The IX: Basketball Wednesday with Howard Megdal, July 8, 2020
Gaming out Kelly Loeffler's departure — Sylvia Fowles talks Bradenton — Must-click women's basketball links
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Gaming out Kelly Loeffler’s departure
A day after Kelly Loeffler’s letter to Cathy Engelbert appeared in the Atlanta Journal-Constitution, arguing that Black Lives Matter was a divisive statement in a country that has largely accepted (however belatedly) that it very much is not, the obvious consequences of Loeffler using her largely Black team as a prop in her election effort has been universal condemnation across the landscape of women’s basketball.
I’m going to assume if you’re here, you’ve seen much of it already, though I must share the one that hit closest to home, Layshia Clarendon’s initial response.
It’s hard to overstate how much the act itself of releasing that letter when Loeffler did reflects a fundamental disregard for the humanity of her players and staff. To do it on the day they arrived in an uncertain new place, attempting to play basketball and salvage a season that will provide the Dream, and Loeffler, with additional revenue, amid a global pandemic and all the planning that went into it is nothing less than the triumph of ego over any plausible concern for the people who work for Loeffler.
Again, if you’re here: I don’t need to explain how or why this is a problem. The real question is, now that the league has taken the initial step of saying Loeffler is not involved in day-to-day operations, and an array of players have responded by pointing out this isn’t nearly good enough, what Cathy Engelbert’s options are.
Let’s look to the Donald Sterling precedent, both because most of the WNBA league rules are carbon copies of the NBA — though a large number of folks I spoke to couldn’t hunt down the exact protocol in this situation — and because the reality of the two situations, politically, are quite similar.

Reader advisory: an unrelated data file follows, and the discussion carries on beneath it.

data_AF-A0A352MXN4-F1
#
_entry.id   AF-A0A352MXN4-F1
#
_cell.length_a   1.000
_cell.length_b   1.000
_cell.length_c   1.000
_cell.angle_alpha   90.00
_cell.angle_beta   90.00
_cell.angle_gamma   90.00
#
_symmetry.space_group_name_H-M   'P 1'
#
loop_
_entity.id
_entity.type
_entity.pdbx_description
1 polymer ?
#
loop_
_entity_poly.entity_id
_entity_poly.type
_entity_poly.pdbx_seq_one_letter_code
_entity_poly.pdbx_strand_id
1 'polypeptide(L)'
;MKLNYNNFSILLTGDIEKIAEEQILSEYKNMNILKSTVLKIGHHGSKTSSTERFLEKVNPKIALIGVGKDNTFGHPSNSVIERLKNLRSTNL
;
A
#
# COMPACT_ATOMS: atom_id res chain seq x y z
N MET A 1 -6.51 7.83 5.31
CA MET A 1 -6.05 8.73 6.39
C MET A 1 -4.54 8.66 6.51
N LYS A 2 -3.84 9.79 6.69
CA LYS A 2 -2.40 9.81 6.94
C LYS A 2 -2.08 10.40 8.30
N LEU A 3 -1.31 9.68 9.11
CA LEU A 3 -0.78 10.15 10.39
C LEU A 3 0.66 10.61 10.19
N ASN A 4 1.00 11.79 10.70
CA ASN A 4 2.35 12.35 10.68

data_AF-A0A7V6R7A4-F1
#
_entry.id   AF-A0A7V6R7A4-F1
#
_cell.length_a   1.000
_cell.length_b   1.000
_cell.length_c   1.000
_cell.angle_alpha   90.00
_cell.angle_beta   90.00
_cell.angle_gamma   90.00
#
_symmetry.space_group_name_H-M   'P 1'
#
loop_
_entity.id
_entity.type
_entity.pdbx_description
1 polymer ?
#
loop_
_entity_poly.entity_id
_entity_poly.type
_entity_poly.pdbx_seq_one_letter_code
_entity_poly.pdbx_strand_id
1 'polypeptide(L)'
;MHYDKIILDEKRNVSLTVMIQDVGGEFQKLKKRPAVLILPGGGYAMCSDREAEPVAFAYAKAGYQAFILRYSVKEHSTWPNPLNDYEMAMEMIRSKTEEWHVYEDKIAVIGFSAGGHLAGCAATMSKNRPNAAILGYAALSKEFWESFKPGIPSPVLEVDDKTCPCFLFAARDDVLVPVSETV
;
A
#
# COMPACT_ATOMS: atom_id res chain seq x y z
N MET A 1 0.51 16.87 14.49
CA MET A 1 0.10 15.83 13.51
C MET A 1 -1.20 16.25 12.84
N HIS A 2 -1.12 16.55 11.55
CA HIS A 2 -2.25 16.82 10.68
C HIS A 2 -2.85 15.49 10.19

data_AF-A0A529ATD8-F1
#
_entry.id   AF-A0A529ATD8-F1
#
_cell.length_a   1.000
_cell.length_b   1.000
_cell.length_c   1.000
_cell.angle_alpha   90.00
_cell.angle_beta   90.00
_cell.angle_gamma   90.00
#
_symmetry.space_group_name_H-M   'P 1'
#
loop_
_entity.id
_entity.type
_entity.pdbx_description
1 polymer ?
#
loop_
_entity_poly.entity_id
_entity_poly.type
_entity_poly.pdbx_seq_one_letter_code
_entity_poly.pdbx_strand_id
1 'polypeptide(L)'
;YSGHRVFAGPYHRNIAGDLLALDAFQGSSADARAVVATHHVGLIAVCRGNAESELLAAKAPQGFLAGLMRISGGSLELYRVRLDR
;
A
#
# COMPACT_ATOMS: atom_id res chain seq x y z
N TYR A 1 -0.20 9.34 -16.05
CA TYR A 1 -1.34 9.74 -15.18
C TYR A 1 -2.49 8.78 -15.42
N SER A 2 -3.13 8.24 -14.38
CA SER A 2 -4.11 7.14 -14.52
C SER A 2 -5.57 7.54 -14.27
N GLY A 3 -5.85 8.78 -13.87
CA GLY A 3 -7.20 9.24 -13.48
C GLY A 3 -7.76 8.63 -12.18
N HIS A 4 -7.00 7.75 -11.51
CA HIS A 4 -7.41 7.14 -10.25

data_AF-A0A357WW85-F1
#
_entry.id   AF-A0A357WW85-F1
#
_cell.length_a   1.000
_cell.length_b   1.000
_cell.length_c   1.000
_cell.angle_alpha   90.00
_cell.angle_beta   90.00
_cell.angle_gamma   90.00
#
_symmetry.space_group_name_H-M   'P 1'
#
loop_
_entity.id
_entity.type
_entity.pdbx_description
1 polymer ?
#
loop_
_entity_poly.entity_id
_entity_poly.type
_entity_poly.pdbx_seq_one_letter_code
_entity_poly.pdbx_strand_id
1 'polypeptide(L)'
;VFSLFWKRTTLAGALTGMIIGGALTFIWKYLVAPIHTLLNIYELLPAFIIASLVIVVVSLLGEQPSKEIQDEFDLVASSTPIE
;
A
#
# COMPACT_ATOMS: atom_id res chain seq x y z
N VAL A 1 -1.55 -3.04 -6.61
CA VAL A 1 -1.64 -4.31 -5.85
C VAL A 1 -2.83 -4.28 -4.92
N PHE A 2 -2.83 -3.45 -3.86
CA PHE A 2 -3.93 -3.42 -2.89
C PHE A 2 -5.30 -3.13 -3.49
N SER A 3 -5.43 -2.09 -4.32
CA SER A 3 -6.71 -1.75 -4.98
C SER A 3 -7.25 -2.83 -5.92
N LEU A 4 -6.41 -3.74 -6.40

Sterling, remember, made deeply offensive remarks about Black people. (It is the difference between 2014 and 2020 that Sterling’s were caught on tape, and Loeffler’s were proudly sent to a prominent newspaper to help aid her pursuit of a major party’s nomination for statewide office.) In each case, the problem is a simple one: a majority Black league isn’t going to play for or against someone who has declared their lives to be unimportant unless there’s a clear exit strategy in place.
This is, by the way, not a one-time problem. Loeffler is actively running. Her opponents are trying to use the WNBA against her. And she’s decided, incredibly, to make the team she owns, with relationships she’s built, as kindling for the dying embers of her race against Doug Collins. Which is to say: the WNBA better act fast, because more is coming.
So what happens next? Well, as someone who covered the NBA during Sterling, it took Adam Silver quickly understanding that the status quo would be untenable, and taking action a way of demonstrating his solidarity with the players. It seemed that the new collective bargaining agreement had done much the same thing for Engelbert, serving as her Donald Sterling Moment, but no, now she gets to have a proper Donald Sterling Moment as well. (Congratulations, Cathy!)
Silver couldn’t act unilaterally. In fact, the worst he could do himself was fine Sterling $2.5 million. He did, however, have the right to ask the Board of Governors to remove Sterling entirely — he’d been kept out of day-to-day operations once the tapes broke, so he was in a similar situation to Loeffler now.
Silver announced his intention to do so, saying that he hadn’t polled the owners, but had spoken to some of them. It would be easier for Engelbert to determine if she has the votes — Silver needed 22 of 29, while Engelbert, if the 75% rule holds in the WNBA, would need 9 of 11. Typically, WNBA sale approvals are unanimous in recent years — both the Stars to Las Vegas and the Shock to Dallas had no opposition, and Joe Tsai was unanimously approved to buy the Liberty.